more bad faith, esp. with United Health Care:…

attempted end runs to make sure they get their excessive demands met by now using flat out predatory lending practices:…

I could go on–I’ve studied these things for some time now. On the bright side, the current system could be VASTLY improved with some sensible changes, including:

price transparency–no reason why prices can’t be posted up front and before the fact. Many expenses are NOT for emergencies and people should be able to shop around and make an INFORMED financial decision, which they are DENIED now, though this is the ONLY industry in which that is allowed. (If you’re a car repair shop and you don’t follow the law on estimates, not only are you SOL you may not be able to get ONE CENT for work done. You don’t see them laughing at the law much in those states on car repair.)

EVERYONE should be required for all non-emergency procedures, to give the patient the bottom line bill. The insurer should be legally required to pay what he says he will BARRING fraud. Any LIKELY procedures should be simarly costed out and locked in. Example: angiogram? Good chance you’ll need an angioplasty and the cardiologist might want to do it there and then. Have him do the medical informed consent AND have the bill costed out for JUST the angiogram AND the angioplasty IF needed–takes a lot of pressure off everyone as well. No reason for anyone to object. We all know if a patient codes on the table, there will be additional charges, but that doesn’t happen often and as it is a medical emergency, you have to treat it.

Oh and “compassionate entry” is costing us a LOT. The Border Patrol is told specifically to let in illegals who are sick for care they know the taxpayer will have to pay for:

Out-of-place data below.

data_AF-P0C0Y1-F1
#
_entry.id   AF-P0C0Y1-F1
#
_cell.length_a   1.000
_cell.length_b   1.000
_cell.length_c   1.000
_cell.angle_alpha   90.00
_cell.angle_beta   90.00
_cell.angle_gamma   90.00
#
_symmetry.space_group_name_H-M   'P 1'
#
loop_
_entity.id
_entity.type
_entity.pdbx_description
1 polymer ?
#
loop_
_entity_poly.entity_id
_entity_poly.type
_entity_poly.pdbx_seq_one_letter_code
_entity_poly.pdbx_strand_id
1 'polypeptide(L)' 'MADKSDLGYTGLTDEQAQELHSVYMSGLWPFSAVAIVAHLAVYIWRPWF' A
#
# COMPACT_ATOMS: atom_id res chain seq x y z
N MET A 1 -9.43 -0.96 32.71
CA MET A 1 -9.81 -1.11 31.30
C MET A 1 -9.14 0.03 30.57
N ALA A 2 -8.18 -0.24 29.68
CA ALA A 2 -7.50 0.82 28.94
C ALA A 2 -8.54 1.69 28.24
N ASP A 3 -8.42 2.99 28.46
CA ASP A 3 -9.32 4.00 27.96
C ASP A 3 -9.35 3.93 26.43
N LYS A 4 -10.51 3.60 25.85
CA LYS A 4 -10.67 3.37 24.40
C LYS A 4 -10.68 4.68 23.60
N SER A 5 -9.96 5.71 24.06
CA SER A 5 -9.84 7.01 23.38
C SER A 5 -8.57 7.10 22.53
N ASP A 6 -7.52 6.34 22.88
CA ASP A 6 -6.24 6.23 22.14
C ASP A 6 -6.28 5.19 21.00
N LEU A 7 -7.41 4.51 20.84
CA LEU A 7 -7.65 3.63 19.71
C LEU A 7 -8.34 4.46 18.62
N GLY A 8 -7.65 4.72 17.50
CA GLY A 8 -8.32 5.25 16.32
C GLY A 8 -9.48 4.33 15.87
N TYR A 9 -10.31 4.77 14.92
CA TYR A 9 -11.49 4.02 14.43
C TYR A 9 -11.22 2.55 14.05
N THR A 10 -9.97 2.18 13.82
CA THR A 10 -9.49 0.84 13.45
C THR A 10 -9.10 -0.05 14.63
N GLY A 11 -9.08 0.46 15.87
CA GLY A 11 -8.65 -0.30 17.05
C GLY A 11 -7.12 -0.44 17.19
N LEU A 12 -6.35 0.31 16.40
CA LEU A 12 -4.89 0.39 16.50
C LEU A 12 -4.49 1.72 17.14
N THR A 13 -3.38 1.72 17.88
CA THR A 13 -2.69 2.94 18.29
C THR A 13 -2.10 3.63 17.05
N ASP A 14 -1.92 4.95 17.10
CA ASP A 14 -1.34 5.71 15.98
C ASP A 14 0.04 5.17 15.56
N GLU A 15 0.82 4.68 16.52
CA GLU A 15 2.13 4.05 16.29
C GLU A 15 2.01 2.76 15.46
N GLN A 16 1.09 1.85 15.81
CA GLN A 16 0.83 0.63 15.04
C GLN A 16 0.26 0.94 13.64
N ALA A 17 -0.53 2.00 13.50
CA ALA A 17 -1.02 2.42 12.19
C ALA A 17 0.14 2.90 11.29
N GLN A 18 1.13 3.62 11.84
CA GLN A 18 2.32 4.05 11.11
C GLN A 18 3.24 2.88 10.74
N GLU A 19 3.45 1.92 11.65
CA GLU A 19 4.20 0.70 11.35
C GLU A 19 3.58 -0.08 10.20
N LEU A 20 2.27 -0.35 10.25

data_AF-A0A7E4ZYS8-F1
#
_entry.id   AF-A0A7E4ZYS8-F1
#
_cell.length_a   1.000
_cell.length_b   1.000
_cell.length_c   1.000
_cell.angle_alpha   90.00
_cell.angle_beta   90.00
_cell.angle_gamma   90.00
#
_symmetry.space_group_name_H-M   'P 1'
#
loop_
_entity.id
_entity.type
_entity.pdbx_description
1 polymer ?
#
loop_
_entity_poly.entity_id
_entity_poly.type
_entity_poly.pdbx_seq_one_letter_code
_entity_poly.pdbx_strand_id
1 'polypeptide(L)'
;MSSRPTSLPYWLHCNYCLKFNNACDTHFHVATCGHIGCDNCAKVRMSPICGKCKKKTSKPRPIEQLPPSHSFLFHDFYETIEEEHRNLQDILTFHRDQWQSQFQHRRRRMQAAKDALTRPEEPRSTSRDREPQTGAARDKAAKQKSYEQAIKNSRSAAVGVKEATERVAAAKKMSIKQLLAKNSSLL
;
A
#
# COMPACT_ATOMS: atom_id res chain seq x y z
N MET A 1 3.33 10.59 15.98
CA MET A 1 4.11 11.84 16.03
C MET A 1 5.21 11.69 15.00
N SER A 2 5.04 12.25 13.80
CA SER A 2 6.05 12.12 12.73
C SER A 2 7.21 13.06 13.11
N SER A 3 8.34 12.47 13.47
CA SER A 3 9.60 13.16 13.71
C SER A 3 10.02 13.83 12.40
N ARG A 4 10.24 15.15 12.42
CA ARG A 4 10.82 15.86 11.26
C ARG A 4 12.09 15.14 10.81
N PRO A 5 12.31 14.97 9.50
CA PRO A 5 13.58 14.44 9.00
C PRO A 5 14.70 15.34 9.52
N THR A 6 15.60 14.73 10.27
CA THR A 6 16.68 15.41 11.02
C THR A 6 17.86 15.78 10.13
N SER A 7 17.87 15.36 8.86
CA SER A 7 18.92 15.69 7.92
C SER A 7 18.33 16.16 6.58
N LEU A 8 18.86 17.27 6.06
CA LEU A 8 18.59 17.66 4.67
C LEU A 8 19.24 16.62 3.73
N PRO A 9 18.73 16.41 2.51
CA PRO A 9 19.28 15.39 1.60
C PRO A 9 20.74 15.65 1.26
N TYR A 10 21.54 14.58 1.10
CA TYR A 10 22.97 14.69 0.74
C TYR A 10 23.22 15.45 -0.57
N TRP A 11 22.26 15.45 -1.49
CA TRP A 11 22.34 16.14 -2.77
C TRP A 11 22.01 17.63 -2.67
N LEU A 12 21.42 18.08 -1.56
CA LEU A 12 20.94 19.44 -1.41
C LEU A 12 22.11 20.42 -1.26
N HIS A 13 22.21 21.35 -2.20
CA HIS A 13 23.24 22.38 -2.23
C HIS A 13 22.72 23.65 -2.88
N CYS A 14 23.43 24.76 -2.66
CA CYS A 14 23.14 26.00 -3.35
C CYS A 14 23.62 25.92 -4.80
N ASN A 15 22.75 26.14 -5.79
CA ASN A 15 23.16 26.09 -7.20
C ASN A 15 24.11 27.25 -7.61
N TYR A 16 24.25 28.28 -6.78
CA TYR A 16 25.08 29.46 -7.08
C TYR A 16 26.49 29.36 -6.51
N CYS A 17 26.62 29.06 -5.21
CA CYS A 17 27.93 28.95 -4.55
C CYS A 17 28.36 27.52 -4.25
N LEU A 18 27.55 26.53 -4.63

“Dickson emphasizes that not all the free care is going to illegal aliens passing through on their way to other states. About half goes to Mexicans who use the Copper Queen as their personal emergency-care facility. In effect, the hospital, which performs general surgery, has become the trauma center for that stretch of northern Mexico. If an ambulance pulls up to the border-crossing point near Bisbee and announces “compassionate entry,” the border patrol waves it through, and the Copper Queen is compelled to treat the patient. It is one more program that Congress mandates but does not pay for. “If you make me treat someone,” says Dickson, “then you need to pay me. You can’t have unfunded mandates in a small hospital.” Although the Medicare drug act that passed last year provides for modest payments to hospitals that treat illegal aliens, Dickson says there is a catch that the U.S. government has yet to figure out. “How do I document an undocumented alien? How am I going to prove I rendered that care? They have no Social Security number, no driver’s license.'”…

Frankly, more can be said, but if you’re interested in a PLAN that makes sense (we need to do something with the huge sums we spend on the government programs we ALREADY have millions enrolled in), then here it is and it’s being ignored by the pols because there’s nothing in it for them apparently. (I found this months ago and sent a good summary and link to the FREE PDF and the federal level ones ignore the hell out of it.) Check it out and see what you think: no increased individual taxes, no mandates for employers, but a funding solution that solves another problem in the system:…

Oh and that plan would work because when you get something close to a free market, it DOES work:

Check out LASIK prices over a decade–did they go up 120% like Medicare premiums did (1998: $ 43.80, 2008 $ 96.40) or did they drop like a rock? Why did they drop–few third-party payers involved.

Ditto plastic surgery–look at the cost of a “tummy tuck” which is MAJOR abdominal surgery and compare with a MEDICALLY NECESSARY uncomplicated appendectomy if you’re uninsured. The appy will bankrupt you in many cases.

Walk-in clinics (Wal-Mart, CVS, grocery stores) be seen in a short time and treated for around $ 100–from sprains to upper respiratory infections, strep throat, etc.…
The key is it is DOCTOR OWNED and DOCTOR RUN.

So we CAN deal with the situation, but it MUST be done via the FREE MARKET, NOT more government and giving insurers a free rein. They caused the problems.

There IS a sensible plan that does NOT force patients on it with fear of fines; does NOT impose the costs on employers; does NOT raise our taxes; and DOES resolve another abuse of the taxpayer in its funding, provides for preventative care (moral and economical), and would prevent bankruptcies (more than half are caused by medical bills and most of those folks have insurance). Check it out:

Add your own answer in the comments!